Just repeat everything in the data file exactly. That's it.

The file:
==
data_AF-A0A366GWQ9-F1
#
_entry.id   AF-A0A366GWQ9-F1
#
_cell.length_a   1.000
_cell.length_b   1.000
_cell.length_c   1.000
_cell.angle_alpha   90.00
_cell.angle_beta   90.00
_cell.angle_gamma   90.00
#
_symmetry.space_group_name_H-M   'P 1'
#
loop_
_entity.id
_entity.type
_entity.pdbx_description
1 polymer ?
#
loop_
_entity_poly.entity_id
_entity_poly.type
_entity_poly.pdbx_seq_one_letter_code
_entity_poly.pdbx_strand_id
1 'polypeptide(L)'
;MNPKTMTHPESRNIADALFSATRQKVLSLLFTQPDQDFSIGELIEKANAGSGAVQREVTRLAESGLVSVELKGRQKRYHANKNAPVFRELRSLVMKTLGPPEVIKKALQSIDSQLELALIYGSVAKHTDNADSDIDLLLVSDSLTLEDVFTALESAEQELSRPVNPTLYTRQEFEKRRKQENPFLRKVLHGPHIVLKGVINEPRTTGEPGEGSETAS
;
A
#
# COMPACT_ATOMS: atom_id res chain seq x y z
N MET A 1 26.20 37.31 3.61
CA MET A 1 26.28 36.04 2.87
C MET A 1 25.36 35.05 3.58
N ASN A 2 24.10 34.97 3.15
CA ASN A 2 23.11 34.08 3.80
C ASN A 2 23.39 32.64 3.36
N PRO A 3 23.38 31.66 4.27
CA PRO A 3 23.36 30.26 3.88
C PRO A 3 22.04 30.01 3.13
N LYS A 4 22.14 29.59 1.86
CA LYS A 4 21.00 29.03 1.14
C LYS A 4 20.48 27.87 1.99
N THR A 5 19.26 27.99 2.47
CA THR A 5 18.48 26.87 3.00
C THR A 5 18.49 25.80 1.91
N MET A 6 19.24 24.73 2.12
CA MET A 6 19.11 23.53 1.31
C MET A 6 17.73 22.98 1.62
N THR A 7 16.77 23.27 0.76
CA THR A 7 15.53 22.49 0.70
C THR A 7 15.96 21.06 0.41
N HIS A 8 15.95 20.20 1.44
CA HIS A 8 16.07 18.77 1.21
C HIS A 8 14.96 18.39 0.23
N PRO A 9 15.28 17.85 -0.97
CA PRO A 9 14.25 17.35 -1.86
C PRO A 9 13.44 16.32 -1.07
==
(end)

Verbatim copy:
data_AF-A0A366GWQ9-F1
#
_entry.id   AF-A0A366GWQ9-F1
#
_cell.length_a   1.000
_cell.length_b   1.000
_cell.length_c   1.000
_cell.angle_alpha   90.00
_cell.angle_beta   90.00
_cell.angle_gamma   90.00
#
_symmetry.space_group_name_H-M   'P 1'
#
loop_
_entity.id
_entity.type
_entity.pdbx_description
1 polymer ?
#
loop_
_entity_poly.entity_id
_entity_poly.type
_entity_poly.pdbx_seq_one_letter_code
_entity_poly.pdbx_strand_id
1 'polypeptide(L)'
;MNPKTMTHPESRNIADALFSATRQKVLSLLFTQPDQDFSIGELIEKANAGSGAVQREVTRLAESGLVSVELKGRQKRYHANKNAPVFRELRSLVMKTLGPPEVIKKALQSIDSQLELALIYGSVAKHTDNADSDIDLLLVSDSLTLEDVFTALESAEQELSRPVNPTLYTRQEFEKRRKQENPFLRKVLHGPHIVLKGVINEPRTTGEPGEGSETAS
;
A
#
# COMPACT_ATOMS: atom_id res chain seq x y z
N MET A 1 26.20 37.31 3.61
CA MET A 1 26.28 36.04 2.87
C MET A 1 25.36 35.05 3.58
N ASN A 2 24.10 34.97 3.15
CA ASN A 2 23.11 34.08 3.80
C ASN A 2 23.39 32.64 3.36
N PRO A 3 23.38 31.66 4.27
CA PRO A 3 23.36 30.26 3.88
C PRO A 3 22.04 30.01 3.13
N LYS A 4 22.14 29.59 1.86
CA LYS A 4 21.00 29.03 1.14
C LYS A 4 20.48 27.87 1.99
N THR A 5 19.26 27.99 2.47
CA THR A 5 18.48 26.87 3.00
C THR A 5 18.49 25.80 1.91
N MET A 6 19.24 24.73 2.12
CA MET A 6 19.11 23.53 1.31
C MET A 6 17.73 22.98 1.62
N THR A 7 16.77 23.27 0.76
CA THR A 7 15.53 22.49 0.70
C THR A 7 15.96 21.06 0.41
N HIS A 8 15.95 20.20 1.44
CA HIS A 8 16.07 18.77 1.21
C HIS A 8 14.96 18.39 0.23
N PRO A 9 15.28 17.85 -0.97
CA PRO A 9 14.25 17.35 -1.86
C PRO A 9 13.44 16.32 -1.07